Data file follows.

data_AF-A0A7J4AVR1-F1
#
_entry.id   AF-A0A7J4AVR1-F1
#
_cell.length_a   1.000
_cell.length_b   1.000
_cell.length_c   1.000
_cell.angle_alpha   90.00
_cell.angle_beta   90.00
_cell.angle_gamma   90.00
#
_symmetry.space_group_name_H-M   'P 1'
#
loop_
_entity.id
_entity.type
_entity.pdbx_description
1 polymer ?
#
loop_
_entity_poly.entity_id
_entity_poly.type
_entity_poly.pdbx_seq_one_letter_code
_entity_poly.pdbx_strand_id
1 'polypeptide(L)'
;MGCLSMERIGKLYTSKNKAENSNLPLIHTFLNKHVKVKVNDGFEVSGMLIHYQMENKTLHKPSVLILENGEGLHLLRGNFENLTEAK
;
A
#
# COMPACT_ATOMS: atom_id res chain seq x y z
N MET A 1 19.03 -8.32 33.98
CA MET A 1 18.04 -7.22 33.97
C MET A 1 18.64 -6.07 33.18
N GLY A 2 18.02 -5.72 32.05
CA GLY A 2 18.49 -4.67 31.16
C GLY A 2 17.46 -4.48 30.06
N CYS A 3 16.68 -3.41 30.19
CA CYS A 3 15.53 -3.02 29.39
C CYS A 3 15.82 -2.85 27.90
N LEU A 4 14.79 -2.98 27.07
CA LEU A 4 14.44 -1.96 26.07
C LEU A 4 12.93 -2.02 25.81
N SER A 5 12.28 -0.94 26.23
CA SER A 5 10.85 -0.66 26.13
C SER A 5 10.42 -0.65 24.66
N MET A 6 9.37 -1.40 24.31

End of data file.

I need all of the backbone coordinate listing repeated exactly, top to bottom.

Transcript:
data_AF-A0A7J4AVR1-F1
#
_entry.id   AF-A0A7J4AVR1-F1
#
_cell.length_a   1.000
_cell.length_b   1.000
_cell.length_c   1.000
_cell.angle_alpha   90.00
_cell.angle_beta   90.00
_cell.angle_gamma   90.00
#
_symmetry.space_group_name_H-M   'P 1'
#
loop_
_entity.id
_entity.type
_entity.pdbx_description
1 polymer ?
#
loop_
_entity_poly.entity_id
_entity_poly.type
_entity_poly.pdbx_seq_one_letter_code
_entity_poly.pdbx_strand_id
1 'polypeptide(L)'
;MGCLSMERIGKLYTSKNKAENSNLPLIHTFLNKHVKVKVNDGFEVSGMLIHYQMENKTLHKPSVLILENGEGLHLLRGNFENLTEAK
;
A
#
# COMPACT_ATOMS: atom_id res chain seq x y z
N MET A 1 19.03 -8.32 33.98
CA MET A 1 18.04 -7.22 33.97
C MET A 1 18.64 -6.07 33.18
N GLY A 2 18.02 -5.72 32.05
CA GLY A 2 18.49 -4.67 31.16
C GLY A 2 17.46 -4.48 30.06
N CYS A 3 16.68 -3.41 30.19
CA CYS A 3 15.53 -3.02 29.39
C CYS A 3 15.82 -2.85 27.90
N LEU A 4 14.79 -2.98 27.07
CA LEU A 4 14.44 -1.96 26.07
C LEU A 4 12.93 -2.02 25.81
N SER A 5 12.28 -0.94 26.23
CA SER A 5 10.85 -0.66 26.13
C SER A 5 10.42 -0.65 24.66
N MET A 6 9.37 -1.40 24.31